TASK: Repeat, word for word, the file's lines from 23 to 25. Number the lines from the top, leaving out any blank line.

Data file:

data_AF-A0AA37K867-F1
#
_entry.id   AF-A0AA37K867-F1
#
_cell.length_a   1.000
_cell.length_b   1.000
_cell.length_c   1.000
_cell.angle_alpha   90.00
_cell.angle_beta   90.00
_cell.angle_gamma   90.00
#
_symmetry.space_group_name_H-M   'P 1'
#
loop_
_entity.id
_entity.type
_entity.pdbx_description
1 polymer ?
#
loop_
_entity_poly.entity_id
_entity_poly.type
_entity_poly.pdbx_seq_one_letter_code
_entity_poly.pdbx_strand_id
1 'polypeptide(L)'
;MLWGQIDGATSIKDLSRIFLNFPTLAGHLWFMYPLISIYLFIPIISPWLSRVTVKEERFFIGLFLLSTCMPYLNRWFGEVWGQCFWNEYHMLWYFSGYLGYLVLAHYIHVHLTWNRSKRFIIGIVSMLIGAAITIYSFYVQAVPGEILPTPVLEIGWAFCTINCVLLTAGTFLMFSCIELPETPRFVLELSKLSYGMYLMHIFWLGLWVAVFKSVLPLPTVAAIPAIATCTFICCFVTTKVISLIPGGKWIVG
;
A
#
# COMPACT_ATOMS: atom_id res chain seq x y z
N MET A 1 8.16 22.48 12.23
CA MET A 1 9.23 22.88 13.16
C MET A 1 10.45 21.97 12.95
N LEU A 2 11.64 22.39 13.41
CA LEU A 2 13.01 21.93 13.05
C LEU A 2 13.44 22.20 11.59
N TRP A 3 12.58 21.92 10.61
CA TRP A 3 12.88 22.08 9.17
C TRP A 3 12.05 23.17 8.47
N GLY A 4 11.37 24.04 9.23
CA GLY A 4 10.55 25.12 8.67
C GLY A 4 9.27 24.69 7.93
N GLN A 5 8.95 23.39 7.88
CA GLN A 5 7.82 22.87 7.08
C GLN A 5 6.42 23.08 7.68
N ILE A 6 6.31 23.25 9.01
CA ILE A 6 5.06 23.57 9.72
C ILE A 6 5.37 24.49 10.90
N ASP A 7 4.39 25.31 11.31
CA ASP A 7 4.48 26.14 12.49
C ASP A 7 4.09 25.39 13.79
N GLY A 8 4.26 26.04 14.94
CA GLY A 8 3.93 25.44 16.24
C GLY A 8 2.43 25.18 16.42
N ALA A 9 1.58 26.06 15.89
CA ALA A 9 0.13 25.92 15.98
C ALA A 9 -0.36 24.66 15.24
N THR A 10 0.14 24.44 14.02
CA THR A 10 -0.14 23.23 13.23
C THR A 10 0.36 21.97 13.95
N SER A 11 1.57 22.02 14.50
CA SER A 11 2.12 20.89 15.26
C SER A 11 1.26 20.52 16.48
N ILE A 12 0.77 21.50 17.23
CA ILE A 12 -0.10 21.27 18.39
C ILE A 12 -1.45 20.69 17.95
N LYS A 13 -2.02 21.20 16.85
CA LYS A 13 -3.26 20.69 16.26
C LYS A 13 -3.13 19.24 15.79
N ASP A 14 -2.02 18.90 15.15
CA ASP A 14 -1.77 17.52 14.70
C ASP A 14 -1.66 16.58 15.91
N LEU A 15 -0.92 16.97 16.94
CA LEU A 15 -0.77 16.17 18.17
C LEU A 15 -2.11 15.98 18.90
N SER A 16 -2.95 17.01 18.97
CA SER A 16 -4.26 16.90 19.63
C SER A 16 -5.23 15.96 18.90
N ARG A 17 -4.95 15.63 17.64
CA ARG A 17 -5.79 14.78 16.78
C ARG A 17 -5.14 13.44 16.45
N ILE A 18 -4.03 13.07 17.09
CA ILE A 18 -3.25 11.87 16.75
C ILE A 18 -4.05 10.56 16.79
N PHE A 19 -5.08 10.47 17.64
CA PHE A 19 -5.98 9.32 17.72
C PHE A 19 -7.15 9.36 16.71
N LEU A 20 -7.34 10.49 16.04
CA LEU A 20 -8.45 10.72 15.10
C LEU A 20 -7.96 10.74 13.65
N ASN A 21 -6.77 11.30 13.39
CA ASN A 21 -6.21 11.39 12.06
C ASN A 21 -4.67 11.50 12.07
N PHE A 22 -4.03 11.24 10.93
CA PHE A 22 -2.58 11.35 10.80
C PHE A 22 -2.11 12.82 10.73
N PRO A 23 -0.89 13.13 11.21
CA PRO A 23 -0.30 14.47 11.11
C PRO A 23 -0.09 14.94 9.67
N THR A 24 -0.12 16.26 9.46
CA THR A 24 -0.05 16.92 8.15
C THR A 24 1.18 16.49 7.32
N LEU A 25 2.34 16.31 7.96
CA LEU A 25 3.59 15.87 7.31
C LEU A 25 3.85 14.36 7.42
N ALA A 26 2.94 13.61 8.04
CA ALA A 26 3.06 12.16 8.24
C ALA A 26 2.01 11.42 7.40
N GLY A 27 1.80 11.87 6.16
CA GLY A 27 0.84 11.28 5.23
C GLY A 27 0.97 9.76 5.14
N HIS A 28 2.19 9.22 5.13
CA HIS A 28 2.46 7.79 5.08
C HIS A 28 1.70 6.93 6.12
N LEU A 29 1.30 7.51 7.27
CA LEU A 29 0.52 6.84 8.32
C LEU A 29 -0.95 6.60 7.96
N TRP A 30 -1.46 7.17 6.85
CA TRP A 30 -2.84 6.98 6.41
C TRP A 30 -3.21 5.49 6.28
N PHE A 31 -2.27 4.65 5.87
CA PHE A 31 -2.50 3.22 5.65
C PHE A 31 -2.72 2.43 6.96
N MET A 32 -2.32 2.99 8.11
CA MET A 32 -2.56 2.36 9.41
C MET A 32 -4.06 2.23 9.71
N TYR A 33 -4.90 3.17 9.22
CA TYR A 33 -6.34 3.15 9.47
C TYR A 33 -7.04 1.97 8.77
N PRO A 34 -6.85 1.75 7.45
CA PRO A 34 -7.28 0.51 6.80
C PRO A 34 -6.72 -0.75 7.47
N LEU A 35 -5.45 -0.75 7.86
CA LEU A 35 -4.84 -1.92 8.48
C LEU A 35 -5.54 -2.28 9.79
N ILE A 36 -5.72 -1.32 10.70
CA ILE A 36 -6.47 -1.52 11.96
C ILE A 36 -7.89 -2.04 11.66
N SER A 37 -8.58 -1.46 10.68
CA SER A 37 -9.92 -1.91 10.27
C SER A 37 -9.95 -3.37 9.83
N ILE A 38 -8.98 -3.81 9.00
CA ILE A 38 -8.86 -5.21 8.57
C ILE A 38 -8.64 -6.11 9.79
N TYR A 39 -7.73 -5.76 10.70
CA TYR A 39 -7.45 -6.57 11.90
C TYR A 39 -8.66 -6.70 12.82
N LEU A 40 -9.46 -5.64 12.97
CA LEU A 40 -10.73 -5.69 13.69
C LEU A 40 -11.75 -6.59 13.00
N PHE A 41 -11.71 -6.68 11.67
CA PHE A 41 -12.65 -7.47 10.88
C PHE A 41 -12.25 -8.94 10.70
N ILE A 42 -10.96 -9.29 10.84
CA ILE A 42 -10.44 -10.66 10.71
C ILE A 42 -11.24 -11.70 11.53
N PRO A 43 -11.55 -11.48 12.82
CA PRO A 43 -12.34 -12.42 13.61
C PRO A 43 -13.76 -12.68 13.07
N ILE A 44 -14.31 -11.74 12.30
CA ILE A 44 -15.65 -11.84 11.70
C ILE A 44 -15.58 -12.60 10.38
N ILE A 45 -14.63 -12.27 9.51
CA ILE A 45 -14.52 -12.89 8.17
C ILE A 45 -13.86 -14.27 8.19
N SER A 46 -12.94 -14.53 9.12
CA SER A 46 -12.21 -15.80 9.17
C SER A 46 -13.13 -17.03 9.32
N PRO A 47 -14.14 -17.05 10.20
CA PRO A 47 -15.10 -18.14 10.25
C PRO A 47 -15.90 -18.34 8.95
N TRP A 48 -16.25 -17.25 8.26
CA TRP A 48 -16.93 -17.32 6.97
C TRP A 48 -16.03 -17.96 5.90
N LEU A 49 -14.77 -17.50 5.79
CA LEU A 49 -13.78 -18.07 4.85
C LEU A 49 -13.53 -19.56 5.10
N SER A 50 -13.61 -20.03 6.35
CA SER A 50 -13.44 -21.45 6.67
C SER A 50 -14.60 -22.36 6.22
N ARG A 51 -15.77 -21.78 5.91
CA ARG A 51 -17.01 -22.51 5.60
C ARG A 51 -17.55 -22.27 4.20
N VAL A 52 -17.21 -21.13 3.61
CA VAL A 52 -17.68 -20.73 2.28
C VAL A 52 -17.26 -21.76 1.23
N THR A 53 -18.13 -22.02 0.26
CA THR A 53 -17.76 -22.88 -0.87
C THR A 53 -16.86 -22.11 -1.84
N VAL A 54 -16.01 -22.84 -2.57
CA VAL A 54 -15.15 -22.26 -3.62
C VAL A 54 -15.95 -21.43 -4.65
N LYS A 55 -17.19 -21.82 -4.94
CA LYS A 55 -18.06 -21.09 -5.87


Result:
_entity_poly.pdbx_seq_one_letter_code
_entity_poly.pdbx_strand_id
1 'polypeptide(L)'